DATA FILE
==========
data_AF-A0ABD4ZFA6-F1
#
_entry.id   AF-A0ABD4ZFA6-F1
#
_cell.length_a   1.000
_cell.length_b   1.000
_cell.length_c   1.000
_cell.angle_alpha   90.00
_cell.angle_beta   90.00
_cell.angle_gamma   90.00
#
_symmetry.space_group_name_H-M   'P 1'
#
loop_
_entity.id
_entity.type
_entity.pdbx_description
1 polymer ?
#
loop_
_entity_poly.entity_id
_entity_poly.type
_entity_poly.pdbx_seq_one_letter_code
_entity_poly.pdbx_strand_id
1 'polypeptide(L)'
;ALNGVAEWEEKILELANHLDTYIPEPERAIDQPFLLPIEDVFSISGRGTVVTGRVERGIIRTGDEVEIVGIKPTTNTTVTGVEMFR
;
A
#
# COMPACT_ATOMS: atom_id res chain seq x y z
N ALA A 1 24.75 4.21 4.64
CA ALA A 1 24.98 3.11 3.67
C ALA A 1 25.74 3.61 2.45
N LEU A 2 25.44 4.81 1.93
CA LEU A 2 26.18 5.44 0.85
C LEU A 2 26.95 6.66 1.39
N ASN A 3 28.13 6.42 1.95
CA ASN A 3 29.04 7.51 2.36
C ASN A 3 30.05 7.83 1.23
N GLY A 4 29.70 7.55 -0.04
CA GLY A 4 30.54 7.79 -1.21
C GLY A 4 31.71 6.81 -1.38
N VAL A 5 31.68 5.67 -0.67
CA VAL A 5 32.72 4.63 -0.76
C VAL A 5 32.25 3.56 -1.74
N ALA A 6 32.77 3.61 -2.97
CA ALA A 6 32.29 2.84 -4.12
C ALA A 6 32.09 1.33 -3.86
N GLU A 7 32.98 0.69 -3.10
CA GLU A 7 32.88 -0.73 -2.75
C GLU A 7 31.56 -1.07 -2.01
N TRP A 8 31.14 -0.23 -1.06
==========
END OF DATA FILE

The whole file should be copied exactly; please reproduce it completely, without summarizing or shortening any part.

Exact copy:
data_AF-A0ABD4ZFA6-F1
#
_entry.id   AF-A0ABD4ZFA6-F1
#
_cell.length_a   1.000
_cell.length_b   1.000
_cell.length_c   1.000
_cell.angle_alpha   90.00
_cell.angle_beta   90.00
_cell.angle_gamma   90.00
#
_symmetry.space_group_name_H-M   'P 1'
#
loop_
_entity.id
_entity.type
_entity.pdbx_description
1 polymer ?
#
loop_
_entity_poly.entity_id
_entity_poly.type
_entity_poly.pdbx_seq_one_letter_code
_entity_poly.pdbx_strand_id
1 'polypeptide(L)'
;ALNGVAEWEEKILELANHLDTYIPEPERAIDQPFLLPIEDVFSISGRGTVVTGRVERGIIRTGDEVEIVGIKPTTNTTVTGVEMFR
;
A
#
# COMPACT_ATOMS: atom_id res chain seq x y z
N ALA A 1 24.75 4.21 4.64
CA ALA A 1 24.98 3.11 3.67
C ALA A 1 25.74 3.61 2.45
N LEU A 2 25.44 4.81 1.93
CA LEU A 2 26.18 5.44 0.85
C LEU A 2 26.95 6.66 1.39
N ASN A 3 28.13 6.42 1.95
CA ASN A 3 29.04 7.51 2.36
C ASN A 3 30.05 7.83 1.23
N GLY A 4 29.70 7.55 -0.04
CA GLY A 4 30.54 7.79 -1.21
C GLY A 4 31.71 6.81 -1.38
N VAL A 5 31.68 5.67 -0.67
CA VAL A 5 32.72 4.63 -0.76
C VAL A 5 32.25 3.56 -1.74
N ALA A 6 32.77 3.61 -2.97
CA ALA A 6 32.29 2.84 -4.12
C ALA A 6 32.09 1.33 -3.86
N GLU A 7 32.98 0.69 -3.10
CA GLU A 7 32.88 -0.73 -2.75
C GLU A 7 31.56 -1.07 -2.01
N TRP A 8 31.14 -0.23 -1.06